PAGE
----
Further, the Court finds that pursuant to FED. R. CIV. P. 26(b)(3)(A)(ii), Plaintiff has failed to demonstrate that he "has substantial need for the materials to prepare [his] case and cannot, without undue hardship, obtain their substantial equivalent by other means". Plaintiff has presented no evidence demonstrating that he was "reluctant to speak freely...or that there [is] some reason to believe that [his] prior...statements were inconsistent with what [he] told" Walters. Basinger, 107 F.R.D. at 774. Indeed, the "statements of a party cannot be secured simply to show that the testimony on deposition is false". Tinder, 1970 U.S. Dist. LEXIS 9009, at *4; see also Burns, 20 F.R.D. at 606. Given that the information provided to Walters by Plaintiff does not fall under FED. R. CIV. P. 26(b)(3)(C)(ii), the Court finds that Plaintiff possessed "substantially the same information" at the time he was deposed and therefore denies Plaintiff's request to compel the production of Walters' notes related to the interviews he conducted with Plaintiff. Basinger, 107 F.R.D. at 775-76. Similarly, the Court denies Plaintiff's request to compel the production of Walters' written notes on the drawings he made for Walters.

With respect to Beam, Ferraro, Swan, and Laurence, the Court finds that Walters interviewed these employees of BBD by telephone on December 30, 2009 but did not electronically -- or otherwise -- record these interviews and that although Walters took "rough notes of these interviews", he did not prepare written statements for any of them to sign . See Def.'s Opp'n Decl. of Letulle, Ex. B; see also Def.'s Opp'n Decl. of Walters, Ex. A. The Court also finds that Walters "reported [his] conclusions to the insurer...as well as the potential liability of and defenses available to BBD". See Def.'s Opp'n Decl. of Walters, Ex. A. Again, pursuant to FED. R. CIV. P. 26(b)(3)(C)(ii), the Court finds that Walters' notes with respect to his interviews of Beam, Ferraro, Swan, and Laurence are insufficient to meet the definition of "a contemporaneous...recording...that recites substantially verbatim the person's oral statement". Therefore, the Court's consideration of Walters' notes falls under the rubric of FED. R. CIV. P. 26(b)(3)(A). For the reasons previously stated, Defendant, defendant's insurer, and Walters reasonably "anticipated that Plaintiff would bring a lawsuit under the Jones Act and general maritime law" (Def.'s Opp'n Br. at 1; see also Sealed Air, 253 F.R.D. at 306). Further, based upon the fact that the subject accident occurred on December 4, 2009 and the fact that Walters interviewed Plaintiff on December 10, 2009 and December 14, 2009, the Court finds that by the time of Walters' interviews of Beam, Ferraro, Swan, and Laurence on December 30, 2009, Walters had obtained the requisite factual information to "determine whether litigation could reasonably have been anticipated" (Sealed Air, 253 F.R.D. at 306). Accordingly, the Court finds that the notes taken by Walters during interviews of Beam, Ferraro, Swan, and Laurence constitute work product "prepared in anticipation of litigation...by or for another party or its representative" (FED. R. CIV. P. 26(b)(3)(A)) because "[d]ocuments created by an insurer, on behalf of a party and in anticipation of litigation, are work product protected from disclosure under Rule 26(b)(3)" (Kirschbaum, 1998 U.S. Dist. LEXIS 8860, at *3) given that these "documents were created with a specific claim supported by concrete facts which would likely lead to litigation in mind" (Linde Thomson, 5 F.3d at 1515) and include Walters' mental impressions, conclusions, opinions, or legal theories.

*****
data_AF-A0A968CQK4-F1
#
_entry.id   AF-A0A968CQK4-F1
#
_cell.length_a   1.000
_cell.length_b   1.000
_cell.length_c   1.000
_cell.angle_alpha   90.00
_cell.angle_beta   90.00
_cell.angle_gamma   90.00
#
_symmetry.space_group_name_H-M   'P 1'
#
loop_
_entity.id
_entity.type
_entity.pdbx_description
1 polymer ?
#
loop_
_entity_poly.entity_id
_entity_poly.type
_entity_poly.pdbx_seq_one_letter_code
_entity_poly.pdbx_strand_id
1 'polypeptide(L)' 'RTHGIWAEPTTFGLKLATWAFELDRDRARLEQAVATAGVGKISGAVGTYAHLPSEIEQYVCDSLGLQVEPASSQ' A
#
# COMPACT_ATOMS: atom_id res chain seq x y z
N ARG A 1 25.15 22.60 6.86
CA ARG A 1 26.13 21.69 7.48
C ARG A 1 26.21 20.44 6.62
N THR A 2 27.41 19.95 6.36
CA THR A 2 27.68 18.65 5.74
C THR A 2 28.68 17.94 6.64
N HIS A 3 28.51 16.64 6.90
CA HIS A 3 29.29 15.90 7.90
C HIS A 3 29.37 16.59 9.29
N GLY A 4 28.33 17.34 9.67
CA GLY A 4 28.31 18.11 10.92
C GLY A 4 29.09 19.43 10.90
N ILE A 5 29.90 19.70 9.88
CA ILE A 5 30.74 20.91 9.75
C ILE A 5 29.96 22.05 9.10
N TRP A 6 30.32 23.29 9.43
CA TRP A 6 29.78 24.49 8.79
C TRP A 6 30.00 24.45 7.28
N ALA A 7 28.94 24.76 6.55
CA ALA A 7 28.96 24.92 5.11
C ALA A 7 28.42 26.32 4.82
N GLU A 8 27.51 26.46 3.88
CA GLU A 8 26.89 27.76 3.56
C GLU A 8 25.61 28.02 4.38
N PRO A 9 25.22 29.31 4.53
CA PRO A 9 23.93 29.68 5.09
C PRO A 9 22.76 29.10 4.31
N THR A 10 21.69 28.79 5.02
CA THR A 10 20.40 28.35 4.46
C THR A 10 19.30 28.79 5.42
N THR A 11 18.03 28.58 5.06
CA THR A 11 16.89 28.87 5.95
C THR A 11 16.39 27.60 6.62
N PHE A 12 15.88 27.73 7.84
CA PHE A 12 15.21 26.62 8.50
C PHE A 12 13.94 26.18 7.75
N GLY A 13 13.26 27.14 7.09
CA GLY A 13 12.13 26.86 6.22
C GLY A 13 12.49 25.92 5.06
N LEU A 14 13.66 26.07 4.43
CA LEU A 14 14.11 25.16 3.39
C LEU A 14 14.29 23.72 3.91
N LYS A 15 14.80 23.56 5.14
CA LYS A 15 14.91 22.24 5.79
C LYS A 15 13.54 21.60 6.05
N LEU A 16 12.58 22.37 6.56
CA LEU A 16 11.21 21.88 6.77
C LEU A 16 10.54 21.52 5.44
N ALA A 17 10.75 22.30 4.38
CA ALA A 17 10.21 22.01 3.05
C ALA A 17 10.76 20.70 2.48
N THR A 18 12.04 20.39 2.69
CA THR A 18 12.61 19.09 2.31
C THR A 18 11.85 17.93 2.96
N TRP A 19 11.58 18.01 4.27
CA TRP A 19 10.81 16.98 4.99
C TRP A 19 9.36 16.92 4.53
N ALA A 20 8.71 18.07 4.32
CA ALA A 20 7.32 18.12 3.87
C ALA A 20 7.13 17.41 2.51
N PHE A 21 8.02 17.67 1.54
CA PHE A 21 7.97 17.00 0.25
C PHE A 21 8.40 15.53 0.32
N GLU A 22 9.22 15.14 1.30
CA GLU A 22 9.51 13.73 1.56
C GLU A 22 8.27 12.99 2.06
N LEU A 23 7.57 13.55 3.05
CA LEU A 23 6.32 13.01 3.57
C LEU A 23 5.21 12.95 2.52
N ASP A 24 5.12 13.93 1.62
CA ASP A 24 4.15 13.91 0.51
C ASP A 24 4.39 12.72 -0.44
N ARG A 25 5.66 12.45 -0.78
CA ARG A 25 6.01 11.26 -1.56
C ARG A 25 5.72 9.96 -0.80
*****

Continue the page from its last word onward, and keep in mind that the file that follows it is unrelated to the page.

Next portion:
Further, the Court finds that pursuant to FED. R. CIV. P. 26(b)(3)(A)(ii), Plaintiff has failed to demonstrate that he "has substantial need for the materials to prepare [his] case and cannot, without undue hardship, obtain their substantial equivalent by other means". Noting that Plaintiff deposed Beam, Ferraro, Swan, and Laurence and having reviewed their deposition transcripts, the Court finds that Plaintiff is unable to demonstrate that any of these individuals "were reluctant to speak freely...or were openly hostile, or that there was some reason to believe that their prior...statements were inconsistent with what they told" Walters. Basinger, 107 F.R.D. at 774. Indeed, the "statements of a party cannot be secured simply to show that the testimony on deposition is false". Tinder, 1970 U.S. Dist. LEXIS 9009, at *4; see also Burns, 20 F.R.D. at 606. Further, as in Basinger, given the passage of nearly one (1) month between the time of Plaintiff's alleged accident and Walters' interviews of Beam, Ferraro, Swan, and Laurence, the Court finds that "the statements obtained were neither contemporaneous nor unique" and that Plaintiff obtained "substantially the same information by deposing the witnesses". Basinger, 107 F.R.D. at 775-76; see also Tinder, 1970 U.S. Dist. LEXIS 9009, at *4-6. Therefore, Plaintiff's request to compel the production of Walters' notes related to interviews conducted with Beam, Ferraro, Swan, and Laurence is denied.

With respect to both Plaintiff's request for an award of counsel fees and costs pursuant to FED. R. CIV. P. 37(a)(5)(A) and Defendant's reciprocal request for an award of counsel fees and costs, the Court denies both requests. The Court finds that the parties' respective positions were asserted in good faith.

IV. CONCLUSION AND ORDER

The Court having considered the papers submitted and opposition thereto, and for the reasons set forth above;

IT IS on this 27th day of June, 2011,

ORDERED that Plaintiffs' Motion to "compel Defendant and Walters and/or the Nixon Group to produce all statements obtained from interviews of employees of Defendant, others with knowledge of the December 4, 2009 accident, and the statement(s) of Plaintiff and drawing(s) produced by Plaintiff pursuant to FED. R. CIV. P. 34, 37, and 45" and "an award of attorneys' fees and costs" [dkt. entry. no. 19] is DENIED consistent with the findings set forth above.

DOUGLAS E. ARPERT UNITED STATES MAGISTRATE JUDGE

20110627